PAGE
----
According to Garden Organic, the advantages of growing our own fruit and vegetables have never been clearer, and to help people get started and saving, the charity will hold a huge Get Set Grow event at its Warwickshire headquarters on Sunday 5 April, 2009.
Garden Organic is keen to dispel the myth that only wealthy people can access fresh, organic produce. To combat this the spring event, which happens at the end of the charity’s Welly Week, will offer practical demonstrations and expert advice so that more people can begin growing at home.
Dr Gareth Davies, of Garden Organic, said, “Average households now spend over £320 more a year on food than they did a year ago, so they are turning to cheap food to keep their bills down. What we want them to realise is that they can save money and still eat fresh, organic produce by growing it themselves.”
“In research we carried out with our members, they estimated that on average they saved around £350 a year by supplementing their diet with homegrown fruit and veg. In those cases where people had more time to spare, this figure was much higher. Because of this we are holding Get Set Grow to inspire and equip people with everything they need to give growing their own a try.”
And it won’t just be our pockets that benefit says Davies, “By growing your own supply of organic produce you’ll benefit from higher levels of vitamins and nutrients, your food will be fresher and won’t contain any harmful pesticides or chemicals and you’ll be helping the environment by cutting down on food miles and growing your food sustainably.”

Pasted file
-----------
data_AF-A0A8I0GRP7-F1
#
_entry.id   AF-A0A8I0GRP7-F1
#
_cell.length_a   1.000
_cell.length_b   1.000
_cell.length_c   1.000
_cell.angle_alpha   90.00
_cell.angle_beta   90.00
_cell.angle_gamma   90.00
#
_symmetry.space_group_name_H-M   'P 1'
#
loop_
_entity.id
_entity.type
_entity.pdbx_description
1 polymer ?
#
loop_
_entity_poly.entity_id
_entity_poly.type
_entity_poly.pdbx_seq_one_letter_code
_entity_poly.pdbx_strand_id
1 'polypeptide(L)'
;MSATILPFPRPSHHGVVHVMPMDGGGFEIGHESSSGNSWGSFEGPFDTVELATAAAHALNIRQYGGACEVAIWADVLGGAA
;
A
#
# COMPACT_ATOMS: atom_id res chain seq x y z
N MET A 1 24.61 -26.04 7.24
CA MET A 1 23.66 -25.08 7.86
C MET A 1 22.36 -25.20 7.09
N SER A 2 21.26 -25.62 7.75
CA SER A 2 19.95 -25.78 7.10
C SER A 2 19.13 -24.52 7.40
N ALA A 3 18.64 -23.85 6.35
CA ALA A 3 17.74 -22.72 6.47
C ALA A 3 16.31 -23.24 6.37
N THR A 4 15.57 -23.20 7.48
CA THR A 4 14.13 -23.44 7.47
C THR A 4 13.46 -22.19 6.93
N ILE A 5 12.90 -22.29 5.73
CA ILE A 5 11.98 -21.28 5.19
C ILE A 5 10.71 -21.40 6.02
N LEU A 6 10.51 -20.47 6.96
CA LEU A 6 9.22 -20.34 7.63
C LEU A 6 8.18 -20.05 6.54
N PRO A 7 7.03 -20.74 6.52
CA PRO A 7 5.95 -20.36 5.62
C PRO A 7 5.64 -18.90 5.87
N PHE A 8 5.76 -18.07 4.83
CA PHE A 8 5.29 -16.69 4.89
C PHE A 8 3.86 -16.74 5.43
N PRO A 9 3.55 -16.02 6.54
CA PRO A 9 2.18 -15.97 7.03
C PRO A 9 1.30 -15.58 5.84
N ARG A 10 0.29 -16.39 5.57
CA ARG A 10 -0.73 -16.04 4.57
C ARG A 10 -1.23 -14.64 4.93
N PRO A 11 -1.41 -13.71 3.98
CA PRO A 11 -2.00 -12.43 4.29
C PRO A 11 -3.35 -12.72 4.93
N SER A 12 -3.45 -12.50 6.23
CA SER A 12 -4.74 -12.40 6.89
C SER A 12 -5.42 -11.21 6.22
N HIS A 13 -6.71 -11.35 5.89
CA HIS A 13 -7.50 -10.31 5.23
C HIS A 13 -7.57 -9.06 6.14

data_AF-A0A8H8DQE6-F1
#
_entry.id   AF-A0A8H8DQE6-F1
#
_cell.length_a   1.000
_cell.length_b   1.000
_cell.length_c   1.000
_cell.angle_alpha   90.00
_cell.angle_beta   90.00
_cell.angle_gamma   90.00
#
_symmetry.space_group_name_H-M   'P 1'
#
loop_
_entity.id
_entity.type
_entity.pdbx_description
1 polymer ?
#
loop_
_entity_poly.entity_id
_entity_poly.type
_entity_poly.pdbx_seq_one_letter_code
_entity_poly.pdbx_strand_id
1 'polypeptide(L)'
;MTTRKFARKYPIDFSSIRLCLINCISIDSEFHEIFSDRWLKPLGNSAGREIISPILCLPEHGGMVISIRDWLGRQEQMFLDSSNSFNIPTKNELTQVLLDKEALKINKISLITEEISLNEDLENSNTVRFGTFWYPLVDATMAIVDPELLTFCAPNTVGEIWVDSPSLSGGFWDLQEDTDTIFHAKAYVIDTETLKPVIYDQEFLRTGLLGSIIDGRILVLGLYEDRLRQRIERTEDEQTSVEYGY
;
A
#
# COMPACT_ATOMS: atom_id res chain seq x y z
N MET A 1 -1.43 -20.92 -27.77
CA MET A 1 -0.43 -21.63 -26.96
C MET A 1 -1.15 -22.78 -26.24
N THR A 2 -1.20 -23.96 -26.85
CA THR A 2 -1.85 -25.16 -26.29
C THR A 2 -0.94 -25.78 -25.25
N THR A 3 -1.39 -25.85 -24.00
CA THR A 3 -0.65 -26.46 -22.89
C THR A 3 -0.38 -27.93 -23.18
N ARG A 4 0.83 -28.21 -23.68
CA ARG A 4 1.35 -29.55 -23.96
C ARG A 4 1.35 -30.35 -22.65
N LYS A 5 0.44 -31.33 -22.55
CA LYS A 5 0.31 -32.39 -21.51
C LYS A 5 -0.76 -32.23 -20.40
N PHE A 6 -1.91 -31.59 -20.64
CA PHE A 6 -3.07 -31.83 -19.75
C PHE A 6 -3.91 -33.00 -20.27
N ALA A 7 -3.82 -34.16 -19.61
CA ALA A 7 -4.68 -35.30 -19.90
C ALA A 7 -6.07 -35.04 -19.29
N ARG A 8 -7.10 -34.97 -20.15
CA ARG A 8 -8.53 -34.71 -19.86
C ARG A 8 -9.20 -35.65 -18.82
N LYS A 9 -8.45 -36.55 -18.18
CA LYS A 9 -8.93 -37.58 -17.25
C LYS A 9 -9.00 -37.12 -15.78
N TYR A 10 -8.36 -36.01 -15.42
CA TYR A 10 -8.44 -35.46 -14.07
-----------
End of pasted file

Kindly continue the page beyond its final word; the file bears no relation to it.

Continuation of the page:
Growing food good enough for the table at home couldn’t be a cheaper or more future proof way to save money on the weekly groceries and Get Set Grow will provide handy advice for people young and old, the green fingered and the gardening novice, so that they can achieve first-class home growing. The event will also include planting demonstrations, hints and tips on what to grow and when to sow, as well as innovative ways to make the most of your green space, be it allotment plot, garden, window box or patio pot.
Get Set Grow will take place at Garden Organic Ryton, Warwickshire, on Sunday 5 April 2009, 10am – 5pm. Admission is £6 for adults (includes one free child entry), £5.50 for concessions and £3 per child not accompanied by an adult. Call 024 76 303517 or visit www.gardenorganic.org.uk for more information.
Garden Organic’s tips on setting up a veggie plot on a budget